Oral cancer describes any type of cancer that occurs in the back of the throat or mouth. Symptoms can include soreness, irritation, swelling of the throat or jaw, red or white patches inside your mouth and difficulty swallowing or chewing, according to the National Institute of Dental and Craniofacial Research.
Of course, it's always important to consult your doctor if you have any of these symptoms. Check out these oral cancer risk factors to see if you may be susceptible to the disease.
Alcohol and Tobacco Combined Increase Oral Cancer Risk
Alcohol and tobacco are known carcinogens and are linked to oral cancer. Many cancers are related to heavy alcohol drinking, which is defined as more than seven drinks per week for women or more than 14 drinks for men, per the National Cancer Institute (NCI). The alcohol fermentation process, which may include carcinogenic additives, is one reason alcohol is linked to head, neck, esophageal and liver cancer. When your body digests alcohol, the result can have a negative impact on your DNA and lipids, and it may lower your body's ability to absorb needed vitamins and minerals, like vitamins A, B, C, D and E, reports NCI.
Tobacco has long been known to be a primary risk factor for oral cancer. In fact, about 90 percent of people with the disease use tobacco, notes The Mouth Cancer Foundation. The use of alcohol and tobacco together creates an exponentially higher risk, according to OCF. The risk of oral cancer is "much greater" for those compared to people who partake in just one or the other. It's thought that alcohol, which dehydrates your mouth, weakens your cells' defenses in staving off carcinogens found in tobacco. These carcinogens enter your mouth tissue and elevate your risk of developing oral cancer.
HPV and Oral Cancer Link
It may be surprising that the human papillomavirus (HPV) is expected to overtake tobacco as the leading cause of oral cancer in the next 10 years, reports the Oral Health Foundation. HPV one of the most common sexually transmitted disease. For most people, the effects are short-term, lasting only two years, and the effects don't have a wide-reaching impact on your health. But for some infected patients, HPV affects tissue growth that may lead to oral cancer.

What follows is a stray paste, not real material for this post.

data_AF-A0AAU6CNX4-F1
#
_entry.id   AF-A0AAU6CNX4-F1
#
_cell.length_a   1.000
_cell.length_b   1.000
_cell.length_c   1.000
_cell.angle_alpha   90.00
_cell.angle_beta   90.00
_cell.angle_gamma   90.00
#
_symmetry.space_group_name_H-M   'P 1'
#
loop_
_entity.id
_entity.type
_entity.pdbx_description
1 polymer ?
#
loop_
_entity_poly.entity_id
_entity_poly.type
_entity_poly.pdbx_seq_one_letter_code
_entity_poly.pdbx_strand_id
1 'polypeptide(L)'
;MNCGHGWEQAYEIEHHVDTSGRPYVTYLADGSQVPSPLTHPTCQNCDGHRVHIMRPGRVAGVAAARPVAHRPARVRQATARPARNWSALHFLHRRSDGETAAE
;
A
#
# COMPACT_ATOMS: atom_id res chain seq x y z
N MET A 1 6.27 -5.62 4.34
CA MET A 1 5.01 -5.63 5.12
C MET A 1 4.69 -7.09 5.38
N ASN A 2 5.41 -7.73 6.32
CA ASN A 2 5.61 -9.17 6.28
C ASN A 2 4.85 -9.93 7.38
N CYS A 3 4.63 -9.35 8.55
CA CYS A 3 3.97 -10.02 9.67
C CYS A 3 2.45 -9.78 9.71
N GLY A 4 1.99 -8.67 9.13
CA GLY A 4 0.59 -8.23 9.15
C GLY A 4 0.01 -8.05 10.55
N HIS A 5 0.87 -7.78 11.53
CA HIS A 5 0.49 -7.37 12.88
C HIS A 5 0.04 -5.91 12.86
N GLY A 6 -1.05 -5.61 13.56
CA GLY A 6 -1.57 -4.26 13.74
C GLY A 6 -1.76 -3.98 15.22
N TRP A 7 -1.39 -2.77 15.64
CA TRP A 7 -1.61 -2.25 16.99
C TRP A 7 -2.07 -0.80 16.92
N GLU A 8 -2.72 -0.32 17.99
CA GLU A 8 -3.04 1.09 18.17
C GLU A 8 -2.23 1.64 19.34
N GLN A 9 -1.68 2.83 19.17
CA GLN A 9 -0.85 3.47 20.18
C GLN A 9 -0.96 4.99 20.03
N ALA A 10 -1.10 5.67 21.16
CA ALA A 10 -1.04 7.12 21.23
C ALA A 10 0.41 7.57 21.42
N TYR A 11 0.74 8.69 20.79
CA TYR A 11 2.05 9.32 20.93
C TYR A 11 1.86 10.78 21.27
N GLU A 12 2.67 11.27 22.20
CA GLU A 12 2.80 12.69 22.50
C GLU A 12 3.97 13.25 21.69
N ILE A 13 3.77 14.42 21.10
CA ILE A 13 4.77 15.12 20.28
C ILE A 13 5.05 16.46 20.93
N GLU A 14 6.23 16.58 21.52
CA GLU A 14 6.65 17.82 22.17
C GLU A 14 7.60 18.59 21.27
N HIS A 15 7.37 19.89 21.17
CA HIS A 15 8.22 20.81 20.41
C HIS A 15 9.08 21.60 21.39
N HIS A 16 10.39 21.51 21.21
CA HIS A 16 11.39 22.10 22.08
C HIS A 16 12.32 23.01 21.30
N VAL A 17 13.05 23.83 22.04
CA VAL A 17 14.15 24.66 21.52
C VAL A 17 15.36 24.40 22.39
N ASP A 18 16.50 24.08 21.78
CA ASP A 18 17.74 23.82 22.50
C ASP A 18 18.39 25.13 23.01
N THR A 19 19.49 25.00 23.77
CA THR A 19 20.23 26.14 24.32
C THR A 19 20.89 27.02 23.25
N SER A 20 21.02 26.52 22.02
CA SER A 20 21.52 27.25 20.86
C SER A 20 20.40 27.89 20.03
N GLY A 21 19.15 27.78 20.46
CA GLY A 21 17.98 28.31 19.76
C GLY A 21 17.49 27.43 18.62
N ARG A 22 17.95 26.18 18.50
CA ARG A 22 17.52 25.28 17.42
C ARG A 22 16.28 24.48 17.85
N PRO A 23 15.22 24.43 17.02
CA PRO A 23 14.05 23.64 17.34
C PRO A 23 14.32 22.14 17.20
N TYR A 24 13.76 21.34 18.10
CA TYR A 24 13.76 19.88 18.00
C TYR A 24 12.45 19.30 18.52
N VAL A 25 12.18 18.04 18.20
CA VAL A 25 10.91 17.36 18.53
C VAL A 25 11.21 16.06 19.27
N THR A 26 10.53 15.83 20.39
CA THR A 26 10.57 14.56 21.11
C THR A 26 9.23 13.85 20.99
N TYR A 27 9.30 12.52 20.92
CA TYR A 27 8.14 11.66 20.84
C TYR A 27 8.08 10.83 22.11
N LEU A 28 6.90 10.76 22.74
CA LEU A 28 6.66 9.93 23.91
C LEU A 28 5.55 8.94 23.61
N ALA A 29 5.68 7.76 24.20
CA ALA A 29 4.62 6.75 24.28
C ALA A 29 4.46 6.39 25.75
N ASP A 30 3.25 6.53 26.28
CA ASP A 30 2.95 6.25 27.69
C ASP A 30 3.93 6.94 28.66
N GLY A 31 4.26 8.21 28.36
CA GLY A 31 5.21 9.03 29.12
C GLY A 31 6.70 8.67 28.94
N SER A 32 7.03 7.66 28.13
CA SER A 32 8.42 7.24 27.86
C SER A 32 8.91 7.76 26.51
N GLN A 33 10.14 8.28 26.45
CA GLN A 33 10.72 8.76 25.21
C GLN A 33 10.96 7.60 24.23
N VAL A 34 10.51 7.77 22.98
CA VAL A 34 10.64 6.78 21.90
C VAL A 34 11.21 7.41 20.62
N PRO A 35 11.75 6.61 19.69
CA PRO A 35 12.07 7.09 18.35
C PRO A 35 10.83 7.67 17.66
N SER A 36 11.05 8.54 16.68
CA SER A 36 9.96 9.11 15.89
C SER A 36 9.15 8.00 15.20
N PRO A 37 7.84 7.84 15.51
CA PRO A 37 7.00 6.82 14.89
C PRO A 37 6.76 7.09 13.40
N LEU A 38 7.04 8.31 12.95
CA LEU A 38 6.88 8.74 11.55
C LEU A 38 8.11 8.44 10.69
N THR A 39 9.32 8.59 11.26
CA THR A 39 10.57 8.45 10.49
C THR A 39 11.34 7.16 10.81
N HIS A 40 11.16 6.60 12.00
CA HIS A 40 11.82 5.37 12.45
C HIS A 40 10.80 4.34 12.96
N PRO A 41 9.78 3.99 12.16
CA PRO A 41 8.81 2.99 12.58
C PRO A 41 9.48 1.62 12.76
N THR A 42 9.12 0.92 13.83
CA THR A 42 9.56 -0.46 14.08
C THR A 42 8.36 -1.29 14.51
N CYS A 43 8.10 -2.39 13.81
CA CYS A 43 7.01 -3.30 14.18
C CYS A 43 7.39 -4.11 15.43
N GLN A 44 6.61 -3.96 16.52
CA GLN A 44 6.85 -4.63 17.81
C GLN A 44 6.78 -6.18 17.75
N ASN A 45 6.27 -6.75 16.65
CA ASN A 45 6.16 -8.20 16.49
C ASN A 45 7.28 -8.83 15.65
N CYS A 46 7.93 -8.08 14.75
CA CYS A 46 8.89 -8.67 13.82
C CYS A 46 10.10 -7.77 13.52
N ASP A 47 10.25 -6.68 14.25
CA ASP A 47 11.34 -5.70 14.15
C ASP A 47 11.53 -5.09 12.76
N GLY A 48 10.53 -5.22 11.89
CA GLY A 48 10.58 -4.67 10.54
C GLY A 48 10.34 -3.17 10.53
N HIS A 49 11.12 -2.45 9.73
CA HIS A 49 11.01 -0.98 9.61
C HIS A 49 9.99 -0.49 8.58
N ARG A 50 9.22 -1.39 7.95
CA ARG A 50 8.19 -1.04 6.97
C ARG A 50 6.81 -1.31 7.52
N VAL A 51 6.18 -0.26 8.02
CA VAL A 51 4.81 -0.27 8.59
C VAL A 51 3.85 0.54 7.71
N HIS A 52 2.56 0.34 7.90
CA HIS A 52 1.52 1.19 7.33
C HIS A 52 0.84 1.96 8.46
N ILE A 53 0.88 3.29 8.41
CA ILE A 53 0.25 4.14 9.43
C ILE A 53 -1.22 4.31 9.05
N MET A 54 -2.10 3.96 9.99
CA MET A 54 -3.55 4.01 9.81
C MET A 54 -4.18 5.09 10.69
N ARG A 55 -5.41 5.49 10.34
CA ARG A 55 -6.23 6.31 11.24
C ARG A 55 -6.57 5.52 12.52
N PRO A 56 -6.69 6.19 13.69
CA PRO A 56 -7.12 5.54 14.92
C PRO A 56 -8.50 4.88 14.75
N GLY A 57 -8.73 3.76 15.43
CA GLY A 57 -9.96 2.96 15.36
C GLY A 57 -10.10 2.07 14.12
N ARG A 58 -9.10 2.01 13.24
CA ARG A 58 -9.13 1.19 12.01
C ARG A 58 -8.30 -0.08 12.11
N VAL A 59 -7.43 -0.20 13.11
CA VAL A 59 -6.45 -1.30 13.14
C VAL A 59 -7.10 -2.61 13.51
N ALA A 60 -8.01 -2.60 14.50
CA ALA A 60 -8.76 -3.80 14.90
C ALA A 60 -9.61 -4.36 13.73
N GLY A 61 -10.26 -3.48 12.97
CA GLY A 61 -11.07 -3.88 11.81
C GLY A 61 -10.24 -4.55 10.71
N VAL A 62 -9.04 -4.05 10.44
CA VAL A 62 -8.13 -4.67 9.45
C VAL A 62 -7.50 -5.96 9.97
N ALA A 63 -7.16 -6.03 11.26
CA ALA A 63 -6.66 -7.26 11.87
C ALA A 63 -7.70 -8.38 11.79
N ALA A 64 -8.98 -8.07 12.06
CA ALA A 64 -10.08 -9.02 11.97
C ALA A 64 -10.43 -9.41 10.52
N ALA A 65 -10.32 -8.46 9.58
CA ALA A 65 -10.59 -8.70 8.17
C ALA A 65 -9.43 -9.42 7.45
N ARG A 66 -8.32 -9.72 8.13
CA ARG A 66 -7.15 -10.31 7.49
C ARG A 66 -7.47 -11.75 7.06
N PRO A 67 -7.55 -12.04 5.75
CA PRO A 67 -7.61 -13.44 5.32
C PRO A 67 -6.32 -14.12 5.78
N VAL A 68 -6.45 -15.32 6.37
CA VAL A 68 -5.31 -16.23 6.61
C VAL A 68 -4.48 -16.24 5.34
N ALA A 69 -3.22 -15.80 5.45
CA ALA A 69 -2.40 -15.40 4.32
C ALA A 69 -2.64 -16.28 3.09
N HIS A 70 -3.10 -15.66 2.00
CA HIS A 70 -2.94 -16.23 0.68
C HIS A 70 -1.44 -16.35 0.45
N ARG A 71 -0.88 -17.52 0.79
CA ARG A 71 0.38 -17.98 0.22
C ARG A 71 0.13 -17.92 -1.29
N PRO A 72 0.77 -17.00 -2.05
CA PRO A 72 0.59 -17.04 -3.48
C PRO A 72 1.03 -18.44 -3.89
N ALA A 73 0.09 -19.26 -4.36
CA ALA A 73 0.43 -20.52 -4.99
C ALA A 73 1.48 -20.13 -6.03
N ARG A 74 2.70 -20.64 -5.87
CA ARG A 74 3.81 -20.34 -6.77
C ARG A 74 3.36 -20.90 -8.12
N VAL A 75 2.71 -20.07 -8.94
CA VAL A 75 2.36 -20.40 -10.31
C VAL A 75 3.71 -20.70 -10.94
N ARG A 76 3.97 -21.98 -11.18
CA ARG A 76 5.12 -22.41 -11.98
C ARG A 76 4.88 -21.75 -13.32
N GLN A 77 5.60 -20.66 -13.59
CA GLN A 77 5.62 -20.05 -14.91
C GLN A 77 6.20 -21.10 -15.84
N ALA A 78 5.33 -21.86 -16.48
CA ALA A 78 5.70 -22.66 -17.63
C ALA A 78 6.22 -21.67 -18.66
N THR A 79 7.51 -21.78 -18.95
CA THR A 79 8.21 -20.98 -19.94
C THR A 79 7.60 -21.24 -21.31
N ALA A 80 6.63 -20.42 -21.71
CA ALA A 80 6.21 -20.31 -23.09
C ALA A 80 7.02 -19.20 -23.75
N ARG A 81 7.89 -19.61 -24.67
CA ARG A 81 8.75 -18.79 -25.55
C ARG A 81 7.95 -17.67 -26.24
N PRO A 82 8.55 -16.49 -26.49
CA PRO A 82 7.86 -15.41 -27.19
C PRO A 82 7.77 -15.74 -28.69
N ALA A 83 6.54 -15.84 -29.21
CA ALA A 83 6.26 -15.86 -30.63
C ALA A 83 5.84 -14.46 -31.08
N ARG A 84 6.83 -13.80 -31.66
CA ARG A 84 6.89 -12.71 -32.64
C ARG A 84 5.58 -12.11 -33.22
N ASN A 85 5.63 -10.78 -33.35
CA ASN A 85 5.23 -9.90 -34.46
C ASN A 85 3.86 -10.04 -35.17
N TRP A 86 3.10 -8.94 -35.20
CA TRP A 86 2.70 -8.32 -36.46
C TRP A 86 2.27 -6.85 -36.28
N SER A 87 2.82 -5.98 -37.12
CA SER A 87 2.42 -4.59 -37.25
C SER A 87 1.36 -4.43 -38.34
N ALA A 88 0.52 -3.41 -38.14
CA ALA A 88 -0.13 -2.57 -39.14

Diet and Age Can Lead to Greater Risk
Researchers point out that poor diet can be a by-product of heavy alcohol use and abuse. Nevertheless, a lack of necessary fruits and vegetables can also lead to higher exposure to the disease.
Additionally, studies show that the risk increases for those over 40 years old. Maintaining a healthy diet of fruits, vegetables, vitamin C, calcium supplements and antioxidants, like green tea, may lower your risk.
Lifestyle Alterations Lower Risk Over Time
Oral cancer has been coined a "lifestyle disease," according to the Mouth Cancer Foundation. Abstaining from heavy drinking for over 10 to 15 years is one way you can greatly decrease your chances of getting the disease. Stopping use of any tobacco products as soon as possible will also lower your chances of cancer, per the National Institute on Aging.
Keeping your mouth healthy includes more than just daily brushing and regular dentist visits. Practicing a healthy lifestyle is integral to your good oral care. Products like Colgate Peroxyl Mouth Sore rinse, which promotes the natural healing of minor mouth irritations, can help ease discomfort. If you think your lifestyle contains oral cancer risk factors or have questions about causes, always consult your dentist or doctor.